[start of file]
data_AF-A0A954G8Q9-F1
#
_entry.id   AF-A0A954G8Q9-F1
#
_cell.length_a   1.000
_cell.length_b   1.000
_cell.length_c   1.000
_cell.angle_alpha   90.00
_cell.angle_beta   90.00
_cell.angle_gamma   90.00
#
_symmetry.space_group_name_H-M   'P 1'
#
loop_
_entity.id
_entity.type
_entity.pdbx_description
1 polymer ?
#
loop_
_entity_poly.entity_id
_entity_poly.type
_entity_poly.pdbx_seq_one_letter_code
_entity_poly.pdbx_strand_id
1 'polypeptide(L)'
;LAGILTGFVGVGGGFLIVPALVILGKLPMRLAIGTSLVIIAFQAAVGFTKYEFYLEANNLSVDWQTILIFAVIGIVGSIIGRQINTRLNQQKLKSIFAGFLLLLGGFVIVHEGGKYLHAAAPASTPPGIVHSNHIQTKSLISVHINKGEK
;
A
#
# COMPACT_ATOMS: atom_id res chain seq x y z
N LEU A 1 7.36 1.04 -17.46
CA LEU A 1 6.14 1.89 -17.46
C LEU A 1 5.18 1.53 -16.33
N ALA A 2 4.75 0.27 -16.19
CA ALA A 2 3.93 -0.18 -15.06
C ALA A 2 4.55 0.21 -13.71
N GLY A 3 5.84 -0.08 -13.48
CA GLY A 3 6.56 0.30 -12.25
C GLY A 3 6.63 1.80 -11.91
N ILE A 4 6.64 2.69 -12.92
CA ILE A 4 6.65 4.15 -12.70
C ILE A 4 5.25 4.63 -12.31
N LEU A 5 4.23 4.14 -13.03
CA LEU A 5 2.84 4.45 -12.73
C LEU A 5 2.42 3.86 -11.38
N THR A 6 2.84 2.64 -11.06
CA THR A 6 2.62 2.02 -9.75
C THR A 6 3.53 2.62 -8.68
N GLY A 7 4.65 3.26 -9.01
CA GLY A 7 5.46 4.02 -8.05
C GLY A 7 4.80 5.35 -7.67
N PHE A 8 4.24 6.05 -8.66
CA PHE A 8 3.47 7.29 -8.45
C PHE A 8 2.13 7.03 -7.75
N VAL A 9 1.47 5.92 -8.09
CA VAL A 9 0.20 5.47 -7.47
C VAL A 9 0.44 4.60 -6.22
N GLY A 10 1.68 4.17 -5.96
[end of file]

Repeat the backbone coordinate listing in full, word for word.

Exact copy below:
data_AF-A0A954G8Q9-F1
#
_entry.id   AF-A0A954G8Q9-F1
#
_cell.length_a   1.000
_cell.length_b   1.000
_cell.length_c   1.000
_cell.angle_alpha   90.00
_cell.angle_beta   90.00
_cell.angle_gamma   90.00
#
_symmetry.space_group_name_H-M   'P 1'
#
loop_
_entity.id
_entity.type
_entity.pdbx_description
1 polymer ?
#
loop_
_entity_poly.entity_id
_entity_poly.type
_entity_poly.pdbx_seq_one_letter_code
_entity_poly.pdbx_strand_id
1 'polypeptide(L)'
;LAGILTGFVGVGGGFLIVPALVILGKLPMRLAIGTSLVIIAFQAAVGFTKYEFYLEANNLSVDWQTILIFAVIGIVGSIIGRQINTRLNQQKLKSIFAGFLLLLGGFVIVHEGGKYLHAAAPASTPPGIVHSNHIQTKSLISVHINKGEK
;
A
#
# COMPACT_ATOMS: atom_id res chain seq x y z
N LEU A 1 7.36 1.04 -17.46
CA LEU A 1 6.14 1.89 -17.46
C LEU A 1 5.18 1.53 -16.33
N ALA A 2 4.75 0.27 -16.19
CA ALA A 2 3.93 -0.18 -15.06
C ALA A 2 4.55 0.21 -13.71
N GLY A 3 5.84 -0.08 -13.48
CA GLY A 3 6.56 0.30 -12.25
C GLY A 3 6.63 1.80 -11.91
N ILE A 4 6.64 2.69 -12.92
CA ILE A 4 6.65 4.15 -12.70
C ILE A 4 5.25 4.63 -12.31
N LEU A 5 4.23 4.14 -13.03
CA LEU A 5 2.84 4.45 -12.73
C LEU A 5 2.42 3.86 -11.38
N THR A 6 2.84 2.64 -11.06
CA THR A 6 2.62 2.02 -9.75
C THR A 6 3.53 2.62 -8.68
N GLY A 7 4.65 3.26 -9.01
CA GLY A 7 5.46 4.02 -8.05
C GLY A 7 4.80 5.35 -7.67
N PHE A 8 4.24 6.05 -8.66
CA PHE A 8 3.47 7.29 -8.45
C PHE A 8 2.13 7.03 -7.75
N VAL A 9 1.47 5.92 -8.09
CA VAL A 9 0.20 5.47 -7.47
C VAL A 9 0.44 4.60 -6.22
N GLY A 10 1.68 4.17 -5.96